I don’t know about you, but now that I have read the directions. I have a whole lot of phone calls to make and letters to write. I wish I knew this 40 years ago! Thank you CuppaCocoa.com.

Choosing Joy

Through out my life I have had a tendency towards depression. In part, this is likely due to my genetic and biochemical make up. I remember my Dad’s dark moods and often overwhelming sadness. The tragedies of life can appear overwhelming and good reason to be mournful. But such habits of sadness are not only painful but useless and counter to the joy of the heart promised by the transforming power of Christ.

Somewhere along the line, I have learned that joy is a much better spiritual practice. In fact, it is our nature as children of God. The first lesson in this journey was becoming aware of my self-talk, the running commentary in my thought process. I was shocked to discover how negative I was, judgmental, expecting the worst, never satisfied. Who wouldn’t be depressed?

The second lesson was even more important than the first: the antidote. The Prayer of the Heart also known as the Jesus Prayer, practiced by monks and mystics, ordinary women and men, continuously spoken 24/7 in Ortodox Monastaries around the globe and most especially in the Holy Lands. It is quite simply this: “Lord Jesus Christ, have mercy on me a sinner.” I started practicing this prayer a few minutes out of my day. Soon I found myself remembering to repeat this phrase whenever my judgements surfaced. It’s been years now and this prayer has become an unconscious constant in my thoughts. I wake up and this prayer is my first thought.

This isn’t because I am so holy or good. Truly I’m not! Rather this is the Grace of the Holy Spirit at work in my soul even when I am a grump or an idiot or a farce. Because you see this Joy of being at-one with God is a choice, a choice that requires practice. It’s not magic. It’s a miracle of grace.

The children stole the show at our church today. One child was excited to find an Easter egg in the toilet. Another had trouble getting up the stairs with her long, lovely Easter dress. But the scene stealer was a two year old who thought sitting in the circle on the floor with the pastor was an invitation to play Duck, Duck, Goose!” At one point, he looked out and saw the congregation and proceeded to say “Hello everyone!” followed by “Where are you Mommy? “. Soon he just had to go find her but then returned to the “stage” with his hands turned up and out proclaiming “I’m back!”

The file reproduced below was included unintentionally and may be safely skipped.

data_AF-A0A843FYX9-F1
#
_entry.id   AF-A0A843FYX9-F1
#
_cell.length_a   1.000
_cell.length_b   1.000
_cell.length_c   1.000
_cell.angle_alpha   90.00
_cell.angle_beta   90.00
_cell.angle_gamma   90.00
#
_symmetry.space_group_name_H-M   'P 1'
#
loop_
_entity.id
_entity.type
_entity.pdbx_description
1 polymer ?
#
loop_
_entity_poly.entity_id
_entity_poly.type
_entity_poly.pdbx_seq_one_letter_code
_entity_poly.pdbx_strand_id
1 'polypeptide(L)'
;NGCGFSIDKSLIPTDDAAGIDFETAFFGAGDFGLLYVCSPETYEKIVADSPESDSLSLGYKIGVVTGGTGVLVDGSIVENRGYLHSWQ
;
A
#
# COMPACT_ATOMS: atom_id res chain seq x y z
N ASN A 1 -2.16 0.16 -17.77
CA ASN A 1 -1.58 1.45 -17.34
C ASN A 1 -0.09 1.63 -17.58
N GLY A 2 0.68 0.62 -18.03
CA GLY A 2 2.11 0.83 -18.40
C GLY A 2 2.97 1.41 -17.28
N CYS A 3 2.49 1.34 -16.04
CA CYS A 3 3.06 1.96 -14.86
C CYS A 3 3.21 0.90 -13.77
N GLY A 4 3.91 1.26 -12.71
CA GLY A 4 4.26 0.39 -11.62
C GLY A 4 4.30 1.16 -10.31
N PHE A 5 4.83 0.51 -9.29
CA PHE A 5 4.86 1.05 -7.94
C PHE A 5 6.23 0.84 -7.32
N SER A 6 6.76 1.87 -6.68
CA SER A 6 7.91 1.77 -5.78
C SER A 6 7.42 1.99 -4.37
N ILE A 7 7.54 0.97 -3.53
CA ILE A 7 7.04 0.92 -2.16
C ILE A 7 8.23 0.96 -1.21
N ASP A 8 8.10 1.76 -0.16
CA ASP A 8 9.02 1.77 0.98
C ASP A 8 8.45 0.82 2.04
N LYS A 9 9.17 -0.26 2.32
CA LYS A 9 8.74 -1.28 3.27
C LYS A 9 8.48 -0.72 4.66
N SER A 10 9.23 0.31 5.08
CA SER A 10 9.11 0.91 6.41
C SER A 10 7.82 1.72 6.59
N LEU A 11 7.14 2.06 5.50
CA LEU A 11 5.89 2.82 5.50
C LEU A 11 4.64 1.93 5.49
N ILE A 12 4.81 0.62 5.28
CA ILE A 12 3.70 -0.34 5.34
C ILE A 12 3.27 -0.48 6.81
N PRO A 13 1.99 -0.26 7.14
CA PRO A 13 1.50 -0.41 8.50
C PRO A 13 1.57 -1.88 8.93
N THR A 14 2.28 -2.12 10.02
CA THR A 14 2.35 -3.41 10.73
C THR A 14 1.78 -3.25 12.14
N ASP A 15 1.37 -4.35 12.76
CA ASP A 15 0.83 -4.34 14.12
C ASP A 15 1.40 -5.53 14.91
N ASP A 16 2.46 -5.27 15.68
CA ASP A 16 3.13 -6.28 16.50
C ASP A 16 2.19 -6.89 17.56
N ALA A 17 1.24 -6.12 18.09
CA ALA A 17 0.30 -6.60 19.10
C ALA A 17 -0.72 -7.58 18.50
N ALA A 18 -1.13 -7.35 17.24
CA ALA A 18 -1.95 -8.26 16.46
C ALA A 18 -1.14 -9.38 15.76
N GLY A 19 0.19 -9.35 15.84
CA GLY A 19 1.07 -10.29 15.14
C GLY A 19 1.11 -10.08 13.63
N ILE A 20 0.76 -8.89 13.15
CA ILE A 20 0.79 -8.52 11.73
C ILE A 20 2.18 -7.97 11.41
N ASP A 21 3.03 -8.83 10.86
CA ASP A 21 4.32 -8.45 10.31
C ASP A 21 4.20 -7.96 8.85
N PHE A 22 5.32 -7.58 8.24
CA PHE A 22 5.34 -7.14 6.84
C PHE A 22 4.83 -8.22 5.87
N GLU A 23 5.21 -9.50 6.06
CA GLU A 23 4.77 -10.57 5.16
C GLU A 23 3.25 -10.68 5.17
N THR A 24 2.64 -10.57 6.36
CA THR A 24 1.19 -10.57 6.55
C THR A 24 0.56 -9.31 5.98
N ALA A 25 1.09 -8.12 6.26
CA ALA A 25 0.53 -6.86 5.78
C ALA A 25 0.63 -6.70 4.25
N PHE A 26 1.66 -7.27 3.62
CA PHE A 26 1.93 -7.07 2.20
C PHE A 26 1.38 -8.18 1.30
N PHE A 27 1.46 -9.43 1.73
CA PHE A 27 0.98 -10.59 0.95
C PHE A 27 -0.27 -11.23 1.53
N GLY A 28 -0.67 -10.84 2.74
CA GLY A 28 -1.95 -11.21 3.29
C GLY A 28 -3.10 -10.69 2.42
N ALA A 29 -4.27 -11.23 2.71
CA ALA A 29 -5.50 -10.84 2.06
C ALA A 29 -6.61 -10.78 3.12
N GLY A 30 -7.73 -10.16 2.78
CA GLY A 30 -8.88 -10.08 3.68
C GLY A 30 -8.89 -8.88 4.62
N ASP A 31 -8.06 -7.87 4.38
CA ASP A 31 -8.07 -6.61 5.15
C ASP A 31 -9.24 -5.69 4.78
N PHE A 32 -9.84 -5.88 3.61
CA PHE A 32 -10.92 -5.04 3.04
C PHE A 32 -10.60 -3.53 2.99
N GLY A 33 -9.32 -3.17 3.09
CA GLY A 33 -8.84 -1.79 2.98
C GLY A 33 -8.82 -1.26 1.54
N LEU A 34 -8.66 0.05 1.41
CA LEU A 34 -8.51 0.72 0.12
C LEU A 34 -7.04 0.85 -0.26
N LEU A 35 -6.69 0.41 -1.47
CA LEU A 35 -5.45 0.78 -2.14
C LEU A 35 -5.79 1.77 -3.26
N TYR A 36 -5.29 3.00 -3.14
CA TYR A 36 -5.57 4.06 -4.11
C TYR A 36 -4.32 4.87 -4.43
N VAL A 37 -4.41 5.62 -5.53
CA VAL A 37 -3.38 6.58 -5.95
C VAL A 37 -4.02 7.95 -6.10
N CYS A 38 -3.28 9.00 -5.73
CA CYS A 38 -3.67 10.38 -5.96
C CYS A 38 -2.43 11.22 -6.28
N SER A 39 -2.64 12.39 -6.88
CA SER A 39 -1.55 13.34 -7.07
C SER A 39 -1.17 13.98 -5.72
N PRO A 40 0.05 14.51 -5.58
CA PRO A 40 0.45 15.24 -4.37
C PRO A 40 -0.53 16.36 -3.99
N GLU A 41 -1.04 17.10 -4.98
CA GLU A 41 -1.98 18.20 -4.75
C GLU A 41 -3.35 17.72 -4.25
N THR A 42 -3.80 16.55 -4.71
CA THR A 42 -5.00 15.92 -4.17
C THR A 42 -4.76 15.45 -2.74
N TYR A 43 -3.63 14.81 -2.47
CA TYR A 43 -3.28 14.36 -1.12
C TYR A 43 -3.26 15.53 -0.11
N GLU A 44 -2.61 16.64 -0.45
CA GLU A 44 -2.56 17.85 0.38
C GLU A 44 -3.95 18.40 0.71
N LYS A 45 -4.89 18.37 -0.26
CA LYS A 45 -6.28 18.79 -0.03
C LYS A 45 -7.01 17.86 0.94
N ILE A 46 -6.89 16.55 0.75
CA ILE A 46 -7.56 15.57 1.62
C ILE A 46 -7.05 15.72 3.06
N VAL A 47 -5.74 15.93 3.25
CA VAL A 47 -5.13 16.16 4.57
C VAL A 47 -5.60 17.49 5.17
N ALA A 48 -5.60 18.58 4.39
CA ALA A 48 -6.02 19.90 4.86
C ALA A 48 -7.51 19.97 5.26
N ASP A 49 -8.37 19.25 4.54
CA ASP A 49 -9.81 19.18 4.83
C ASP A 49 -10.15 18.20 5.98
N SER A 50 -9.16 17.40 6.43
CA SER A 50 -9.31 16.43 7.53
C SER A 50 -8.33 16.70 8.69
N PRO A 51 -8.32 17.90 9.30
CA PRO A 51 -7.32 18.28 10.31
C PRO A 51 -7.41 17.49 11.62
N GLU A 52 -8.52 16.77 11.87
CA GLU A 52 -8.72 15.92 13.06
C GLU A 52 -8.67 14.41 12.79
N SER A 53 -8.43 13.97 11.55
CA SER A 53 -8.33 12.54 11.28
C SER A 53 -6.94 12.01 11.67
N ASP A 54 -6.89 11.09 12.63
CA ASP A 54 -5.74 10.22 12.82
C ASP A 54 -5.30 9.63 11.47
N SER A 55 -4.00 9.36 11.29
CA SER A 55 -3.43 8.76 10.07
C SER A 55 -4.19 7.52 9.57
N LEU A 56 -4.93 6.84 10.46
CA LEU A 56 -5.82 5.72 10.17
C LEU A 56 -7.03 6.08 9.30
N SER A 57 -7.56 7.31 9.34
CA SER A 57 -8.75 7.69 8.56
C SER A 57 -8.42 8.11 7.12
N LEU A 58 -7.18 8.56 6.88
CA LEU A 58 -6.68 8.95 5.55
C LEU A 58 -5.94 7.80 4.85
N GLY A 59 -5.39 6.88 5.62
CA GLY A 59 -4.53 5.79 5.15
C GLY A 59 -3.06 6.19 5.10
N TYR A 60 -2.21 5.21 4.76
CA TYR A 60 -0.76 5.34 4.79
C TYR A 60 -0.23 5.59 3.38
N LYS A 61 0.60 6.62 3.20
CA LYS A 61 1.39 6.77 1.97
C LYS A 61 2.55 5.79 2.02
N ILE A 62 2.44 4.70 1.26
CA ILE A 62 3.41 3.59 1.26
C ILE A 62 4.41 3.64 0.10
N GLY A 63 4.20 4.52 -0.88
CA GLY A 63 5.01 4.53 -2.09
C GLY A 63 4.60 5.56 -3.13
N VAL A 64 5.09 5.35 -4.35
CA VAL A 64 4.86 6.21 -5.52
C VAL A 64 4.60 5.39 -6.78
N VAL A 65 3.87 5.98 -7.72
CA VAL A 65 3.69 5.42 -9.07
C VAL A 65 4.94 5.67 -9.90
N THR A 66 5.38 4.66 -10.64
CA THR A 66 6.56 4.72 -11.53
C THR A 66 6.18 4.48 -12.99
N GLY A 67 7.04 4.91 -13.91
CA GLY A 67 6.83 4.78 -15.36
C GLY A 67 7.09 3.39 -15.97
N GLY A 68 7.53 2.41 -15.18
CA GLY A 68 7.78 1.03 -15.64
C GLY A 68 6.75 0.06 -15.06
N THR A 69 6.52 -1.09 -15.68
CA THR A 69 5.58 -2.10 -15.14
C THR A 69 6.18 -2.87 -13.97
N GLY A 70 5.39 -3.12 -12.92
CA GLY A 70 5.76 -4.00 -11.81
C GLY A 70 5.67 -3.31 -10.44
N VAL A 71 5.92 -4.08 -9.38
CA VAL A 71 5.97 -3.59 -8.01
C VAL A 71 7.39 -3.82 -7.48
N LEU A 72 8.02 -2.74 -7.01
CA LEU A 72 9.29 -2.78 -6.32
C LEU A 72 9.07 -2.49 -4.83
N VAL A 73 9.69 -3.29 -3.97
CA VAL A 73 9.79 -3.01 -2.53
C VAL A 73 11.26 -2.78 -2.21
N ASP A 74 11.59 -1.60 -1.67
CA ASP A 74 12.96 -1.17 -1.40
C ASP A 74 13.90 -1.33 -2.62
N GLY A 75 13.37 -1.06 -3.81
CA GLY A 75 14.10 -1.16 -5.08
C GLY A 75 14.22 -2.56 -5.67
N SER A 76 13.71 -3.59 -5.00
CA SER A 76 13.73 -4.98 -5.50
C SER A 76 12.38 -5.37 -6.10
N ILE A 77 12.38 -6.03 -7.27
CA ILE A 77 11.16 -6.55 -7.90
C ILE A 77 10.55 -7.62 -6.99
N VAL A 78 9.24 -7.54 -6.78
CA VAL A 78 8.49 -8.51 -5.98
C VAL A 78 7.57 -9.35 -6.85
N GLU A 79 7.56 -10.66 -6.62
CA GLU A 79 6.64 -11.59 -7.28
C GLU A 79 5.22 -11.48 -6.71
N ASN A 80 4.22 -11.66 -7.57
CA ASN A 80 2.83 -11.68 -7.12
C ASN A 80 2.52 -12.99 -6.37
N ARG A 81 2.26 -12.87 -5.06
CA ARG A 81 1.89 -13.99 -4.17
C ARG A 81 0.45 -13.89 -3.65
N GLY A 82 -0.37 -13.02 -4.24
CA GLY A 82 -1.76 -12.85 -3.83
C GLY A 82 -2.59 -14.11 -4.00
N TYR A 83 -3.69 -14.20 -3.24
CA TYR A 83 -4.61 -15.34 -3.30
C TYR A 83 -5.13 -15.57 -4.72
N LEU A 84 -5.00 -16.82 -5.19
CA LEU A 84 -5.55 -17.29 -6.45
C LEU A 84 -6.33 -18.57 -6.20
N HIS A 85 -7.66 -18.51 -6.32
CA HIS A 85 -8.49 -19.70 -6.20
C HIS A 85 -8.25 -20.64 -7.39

Which just may have been the most understandable declaration of Christ’s return from death that I have ever seen. Certainly it was the most entertaining.
The central message of our faith is that in the midst of the darkest hour on earth when evil seemed to have overpowered all that was good as Christ Jesus died a cruel death, just a few sunrises later he proclaimed “I’m back!” And one day we too will return from the many deaths of this weary world resurrected and whole.

I suppose it is weird to consider Maundy Thursday to be my favorite holiday but there it is. This is a day of contemplation, the moment before life falls apart but we somehow know that life is going to change and we don’t like it. We can’t see beyond to the chaos, the suffering, the gore that is to come but in our bones we just know something awful is about to happen. But not yet. For today we rest our head on Jesus broad and strong chest, knowing he loves us, that he calls us friend and sister or brother, tenderly caring for us, feeding us bread and wine. He doesn’t pat our back and say “everything is going to be okay” because in fact we are about to screw up royally. Our fear will overcome our resolve and we will run when we should stay.
Today reminds me of those times in my life when for all my good intentions, I got something all wrong and even betrayed someone or some value I deeply loved. So why is this my favorite holiday? I’m not entirely sure. Perhaps because my past often haunts my dreams and I want a do-over. Perhaps it’s the picture of those hapless disciples as Jesus washes their feet, tenderness his last act. I just know this day is one with which I am way too familiar. Remembering while knowing that resurrection and restoration will come. In the meantime, it is okay to just be honest in the company of my sisters and brothers knowing I am often a total mess masquerading as bravery and confidence. And God loves even that.

Palm Sunday

I love Palm Sunday – I come expecting a parade of smiling children handing out palms to anxious adult hands. Adults smiling lovingly, grateful to be in the presence of innocence, remember their own long ago perfection, innocence and joy. A time before Good Fridays of grief, confusion, abandonment, and being paralyzed in the face of wrongful death.
Our pastor read through the entire Passion story according to the gospel of Matthew. This was not the usual paragraph or two we expect to hear from some gospel each Sunday waiting for the sermon to make sense of it all. This reading could not be so easily ignored. Nearly 3 chapters. Sometimes I close my eyes and just listen. Today, I followed along in the pew Bible and was surprised by what I have missed or forgotten or taken for granted.